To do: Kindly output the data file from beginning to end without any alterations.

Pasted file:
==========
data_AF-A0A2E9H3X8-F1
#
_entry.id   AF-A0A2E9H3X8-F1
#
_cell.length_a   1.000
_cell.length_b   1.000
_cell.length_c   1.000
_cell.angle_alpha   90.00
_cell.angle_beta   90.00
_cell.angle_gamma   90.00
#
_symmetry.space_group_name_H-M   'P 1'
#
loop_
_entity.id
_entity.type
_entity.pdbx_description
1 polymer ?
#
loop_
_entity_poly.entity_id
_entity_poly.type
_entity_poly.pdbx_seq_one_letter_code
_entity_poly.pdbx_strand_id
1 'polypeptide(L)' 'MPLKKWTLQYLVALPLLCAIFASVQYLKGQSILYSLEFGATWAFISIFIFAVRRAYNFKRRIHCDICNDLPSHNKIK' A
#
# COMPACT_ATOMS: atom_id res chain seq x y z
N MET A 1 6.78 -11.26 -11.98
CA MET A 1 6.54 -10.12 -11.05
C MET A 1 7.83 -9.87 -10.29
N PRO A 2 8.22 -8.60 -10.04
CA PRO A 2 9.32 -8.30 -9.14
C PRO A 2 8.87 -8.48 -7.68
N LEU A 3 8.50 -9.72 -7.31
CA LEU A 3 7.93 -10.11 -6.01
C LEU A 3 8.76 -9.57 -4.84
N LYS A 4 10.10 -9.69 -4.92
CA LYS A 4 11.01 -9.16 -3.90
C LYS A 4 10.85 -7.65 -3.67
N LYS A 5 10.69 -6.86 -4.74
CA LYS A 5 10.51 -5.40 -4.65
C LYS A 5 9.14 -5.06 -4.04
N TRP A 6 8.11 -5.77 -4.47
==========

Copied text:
data_AF-A0A2E9H3X8-F1
#
_entry.id   AF-A0A2E9H3X8-F1
#
_cell.length_a   1.000
_cell.length_b   1.000
_cell.length_c   1.000
_cell.angle_alpha   90.00
_cell.angle_beta   90.00
_cell.angle_gamma   90.00
#
_symmetry.space_group_name_H-M   'P 1'
#
loop_
_entity.id
_entity.type
_entity.pdbx_description
1 polymer ?
#
loop_
_entity_poly.entity_id
_entity_poly.type
_entity_poly.pdbx_seq_one_letter_code
_entity_poly.pdbx_strand_id
1 'polypeptide(L)' 'MPLKKWTLQYLVALPLLCAIFASVQYLKGQSILYSLEFGATWAFISIFIFAVRRAYNFKRRIHCDICNDLPSHNKIK' A
#
# COMPACT_ATOMS: atom_id res chain seq x y z
N MET A 1 6.78 -11.26 -11.98
CA MET A 1 6.54 -10.12 -11.05
C MET A 1 7.83 -9.87 -10.29
N PRO A 2 8.22 -8.60 -10.04
CA PRO A 2 9.32 -8.30 -9.14
C PRO A 2 8.87 -8.48 -7.68
N LEU A 3 8.50 -9.72 -7.31
CA LEU A 3 7.93 -10.11 -6.01
C LEU A 3 8.76 -9.57 -4.84
N LYS A 4 10.10 -9.69 -4.92
CA LYS A 4 11.01 -9.16 -3.90
C LYS A 4 10.85 -7.65 -3.67
N LYS A 5 10.69 -6.86 -4.74
CA LYS A 5 10.51 -5.40 -4.65
C LYS A 5 9.14 -5.06 -4.04
N TRP A 6 8.11 -5.77 -4.47